Missing or corrupt ntoskrnl.exe in Win 2000

Discussion in 'Software' started by Tosca, Sep 27, 2005.

  1. Tosca

    Tosca VIP Member

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    Hi everyone

    A friend has a laptop with Windows 2000 and has just run into a problem when he tried to turn it on. I understand that he's not installed anything or done any system tweaks. He received the error message "ntoskrnl.exe is missing or corrupt". He can't get to safe mode, nor can he get to DOS (I'm not sure if it's normally possible with Windows 2000) because the same error is generated after he pressed F8 and decided to go to safe mode. From his description, there is an option of reverting to the last known good configuration (after F8 ) but this also generates the same error.

    Is it possible to replace this file without going to the trouble of seeing a computer engineer? Can the hard drive be "interrogated" from another PC (maybe USB to USB or via ethernet cable?) and the missing or corrupt file "dropped" into place using (for instance) windows explorer? I guess that an engineer might be able to take out the hard drive and put it into some form of caddy and then hook that up to a desktop but I realise that accessing the hard drive in a laptop in this way is not as easy as with a desktop.

    Any ideas that someone who doesn't have hardware experience can try or will he have to take it for an expert to resolve?

    Many thanks for your time.
     
    Tosca, Sep 27, 2005
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  2. Tosca

    James Photojournalist

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    First thing to try is to boot from the Windows 2000 CD and run Recovery Console. Run the /fixboot /? command for the appropriate command.
     
    James, Sep 27, 2005
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  3. Tosca

    Tosca VIP Member

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    Thank you James. I'll pass the message on. Fingers crossed that it works!
     
    Tosca, Sep 27, 2005
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  4. Tosca

    Tosca VIP Member

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    The CD which came with his laptop is not a normal Windows 2000 installation CD but one which the manufacturer sent out as an OS reinstallation CD. That doesn't surprise me as I've had IBM and Sony laptops which came with manufacturer-specific installation CDs. He and I fear that if he puts the CD in, it will ask if he wants to reformat and reinstall the OS, and we assume that this will mean that his files are overwritten.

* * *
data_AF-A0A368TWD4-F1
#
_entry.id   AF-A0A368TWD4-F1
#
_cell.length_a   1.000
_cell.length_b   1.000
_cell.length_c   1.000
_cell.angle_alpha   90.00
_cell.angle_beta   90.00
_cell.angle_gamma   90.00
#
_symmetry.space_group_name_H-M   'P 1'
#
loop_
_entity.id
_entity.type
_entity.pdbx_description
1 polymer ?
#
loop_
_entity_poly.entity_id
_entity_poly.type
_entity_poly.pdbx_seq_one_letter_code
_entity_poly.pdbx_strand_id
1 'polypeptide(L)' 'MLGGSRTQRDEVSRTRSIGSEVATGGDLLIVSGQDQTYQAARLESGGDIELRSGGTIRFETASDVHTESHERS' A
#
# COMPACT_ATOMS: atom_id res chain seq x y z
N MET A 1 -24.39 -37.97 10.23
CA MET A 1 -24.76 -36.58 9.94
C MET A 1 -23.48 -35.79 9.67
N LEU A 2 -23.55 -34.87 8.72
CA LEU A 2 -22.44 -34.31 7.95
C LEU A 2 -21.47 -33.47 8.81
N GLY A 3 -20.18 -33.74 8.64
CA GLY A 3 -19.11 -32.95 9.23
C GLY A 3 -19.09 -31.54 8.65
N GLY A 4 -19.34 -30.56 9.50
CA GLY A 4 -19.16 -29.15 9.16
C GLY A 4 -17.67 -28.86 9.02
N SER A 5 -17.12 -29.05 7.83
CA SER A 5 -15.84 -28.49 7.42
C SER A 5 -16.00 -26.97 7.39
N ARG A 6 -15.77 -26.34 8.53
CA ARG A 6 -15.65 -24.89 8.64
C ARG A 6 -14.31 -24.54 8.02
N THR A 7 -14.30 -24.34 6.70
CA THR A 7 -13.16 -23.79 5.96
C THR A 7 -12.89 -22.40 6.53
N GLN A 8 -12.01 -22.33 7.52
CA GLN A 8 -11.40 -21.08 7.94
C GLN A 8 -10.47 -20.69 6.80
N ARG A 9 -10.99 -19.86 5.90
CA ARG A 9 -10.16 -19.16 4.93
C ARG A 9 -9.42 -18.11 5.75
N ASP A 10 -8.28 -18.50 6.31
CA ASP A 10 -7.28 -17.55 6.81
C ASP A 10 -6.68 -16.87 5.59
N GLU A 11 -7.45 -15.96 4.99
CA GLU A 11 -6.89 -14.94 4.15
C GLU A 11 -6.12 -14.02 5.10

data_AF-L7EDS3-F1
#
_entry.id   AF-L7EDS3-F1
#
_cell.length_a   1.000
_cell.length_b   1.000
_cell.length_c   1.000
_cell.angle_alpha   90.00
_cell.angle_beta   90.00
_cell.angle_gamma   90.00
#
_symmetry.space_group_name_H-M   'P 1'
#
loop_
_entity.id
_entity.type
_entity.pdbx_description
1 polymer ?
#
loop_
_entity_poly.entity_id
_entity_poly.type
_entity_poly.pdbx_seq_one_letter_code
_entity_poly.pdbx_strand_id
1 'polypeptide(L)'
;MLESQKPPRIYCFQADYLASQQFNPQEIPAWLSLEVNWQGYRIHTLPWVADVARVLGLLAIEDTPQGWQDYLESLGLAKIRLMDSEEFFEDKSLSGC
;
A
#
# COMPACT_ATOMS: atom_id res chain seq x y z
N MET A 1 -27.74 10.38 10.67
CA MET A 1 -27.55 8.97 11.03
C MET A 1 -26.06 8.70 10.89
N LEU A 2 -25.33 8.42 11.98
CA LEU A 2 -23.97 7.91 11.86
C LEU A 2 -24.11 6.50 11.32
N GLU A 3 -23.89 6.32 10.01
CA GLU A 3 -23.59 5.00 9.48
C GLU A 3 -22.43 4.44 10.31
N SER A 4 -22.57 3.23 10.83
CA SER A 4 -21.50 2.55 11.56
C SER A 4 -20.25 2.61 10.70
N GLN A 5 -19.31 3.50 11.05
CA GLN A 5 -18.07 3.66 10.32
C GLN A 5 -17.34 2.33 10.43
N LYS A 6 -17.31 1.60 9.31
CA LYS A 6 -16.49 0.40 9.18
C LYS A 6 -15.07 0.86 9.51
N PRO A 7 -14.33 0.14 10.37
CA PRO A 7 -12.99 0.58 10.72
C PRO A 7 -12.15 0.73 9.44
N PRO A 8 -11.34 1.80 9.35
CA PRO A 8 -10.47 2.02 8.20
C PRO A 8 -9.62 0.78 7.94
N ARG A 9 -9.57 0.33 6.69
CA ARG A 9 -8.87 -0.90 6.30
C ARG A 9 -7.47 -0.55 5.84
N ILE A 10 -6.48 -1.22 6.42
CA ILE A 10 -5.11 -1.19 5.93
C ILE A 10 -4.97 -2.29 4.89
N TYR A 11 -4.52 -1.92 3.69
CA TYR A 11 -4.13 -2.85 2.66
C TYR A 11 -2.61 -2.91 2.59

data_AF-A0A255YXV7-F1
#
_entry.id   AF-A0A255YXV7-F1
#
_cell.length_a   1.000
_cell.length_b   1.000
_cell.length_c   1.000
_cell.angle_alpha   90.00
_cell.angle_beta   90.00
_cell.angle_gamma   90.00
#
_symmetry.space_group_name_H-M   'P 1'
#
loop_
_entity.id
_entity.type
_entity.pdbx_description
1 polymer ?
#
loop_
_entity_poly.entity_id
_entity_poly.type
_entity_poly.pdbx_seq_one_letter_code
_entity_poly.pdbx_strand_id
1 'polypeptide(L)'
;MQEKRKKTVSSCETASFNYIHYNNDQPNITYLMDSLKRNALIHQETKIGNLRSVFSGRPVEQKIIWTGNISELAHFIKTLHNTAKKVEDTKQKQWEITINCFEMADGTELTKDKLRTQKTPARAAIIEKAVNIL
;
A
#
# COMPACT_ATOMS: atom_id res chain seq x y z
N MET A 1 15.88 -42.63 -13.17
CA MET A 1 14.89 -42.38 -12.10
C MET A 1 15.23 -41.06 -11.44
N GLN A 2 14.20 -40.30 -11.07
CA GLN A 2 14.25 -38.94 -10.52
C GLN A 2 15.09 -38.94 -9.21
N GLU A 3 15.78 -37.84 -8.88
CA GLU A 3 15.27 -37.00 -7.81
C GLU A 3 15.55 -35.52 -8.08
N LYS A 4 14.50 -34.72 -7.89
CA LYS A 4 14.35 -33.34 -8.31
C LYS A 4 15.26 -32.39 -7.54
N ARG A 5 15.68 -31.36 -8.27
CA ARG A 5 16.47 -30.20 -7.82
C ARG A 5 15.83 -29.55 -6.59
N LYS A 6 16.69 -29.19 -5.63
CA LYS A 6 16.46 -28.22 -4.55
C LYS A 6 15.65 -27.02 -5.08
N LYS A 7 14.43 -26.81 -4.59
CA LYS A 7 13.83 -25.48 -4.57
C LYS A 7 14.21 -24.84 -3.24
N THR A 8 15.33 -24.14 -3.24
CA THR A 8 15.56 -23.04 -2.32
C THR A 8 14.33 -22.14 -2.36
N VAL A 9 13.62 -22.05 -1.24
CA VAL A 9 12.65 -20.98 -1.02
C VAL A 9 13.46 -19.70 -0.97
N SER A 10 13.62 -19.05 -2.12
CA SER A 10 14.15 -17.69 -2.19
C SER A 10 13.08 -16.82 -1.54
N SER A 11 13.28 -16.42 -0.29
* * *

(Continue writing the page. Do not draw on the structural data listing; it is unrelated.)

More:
Any other ideas, short of seeing an expert?
     
    Tosca, Sep 27, 2005
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  5. Tosca

    Tosca VIP Member

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    Some progress - he managed to reboot the laptop whilst the CD was in got it into DOS. We managed to find 2 copies of ntoskrnl.exe, made copies which we renamed then overwrote each file with the other in turn. We did this in DOS and it brought back lots of memories!

    Unfortunately, none of these manoeuvres worked so I suspect that the problem may lie within boot.ini. I think that it can be edited via DOS using the Edit command but I don't know where to tell him to look for this file, nor do we know what should be in the boot.ini file. Any ideas where we go from here?

    Thanks again.
     
    Tosca, Sep 27, 2005
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  6. Tosca

    James Photojournalist

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    Boot.ini lies right on the C: drive. This is what a normal boot.ini file should look like:
    Code:
    [boot loader]
    timeout=30
    default=multi(0)disk(0)rdisk(0)partition(1)\WINDOWS
    [operating systems]
    multi(0)disk(0)rdisk(0)partition(1)\WINDOWS="Microsoft Windows XP Professional" /fastdetect /NoExecute=OptIn
    
     
    James, Sep 27, 2005
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  7. Tosca

    Tosca VIP Member

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    Thank you James. The OS is Windows 2000, rather than XP. Is it simply a matter of replacing "Microsoft Windows XP Professional" with "Microsoft Windows 2000" in boot.ini as you have quoted above?
     
    Tosca, Sep 28, 2005
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  8. Tosca

    James Photojournalist

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    Yea, You can put in anything you want there.
     
    James, Sep 28, 2005
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  9. Tosca

    Tosca VIP Member

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    Thank you James.

    I wasn't sure if any of the other information that you quoted was related specifically to XP Pro or if it could be used on a Windows 2000 computer. We'll have a go as we have nothing to lose! We can't boot the thing into normal life so I doubt that we'll do any harm by trying a new boot.ini file. Needless to say, I'll ensure that the original one is moved safely to a temporary folder and that the attributes on the new file are set correctly as a hidden system file.
     
    Tosca, Sep 28, 2005
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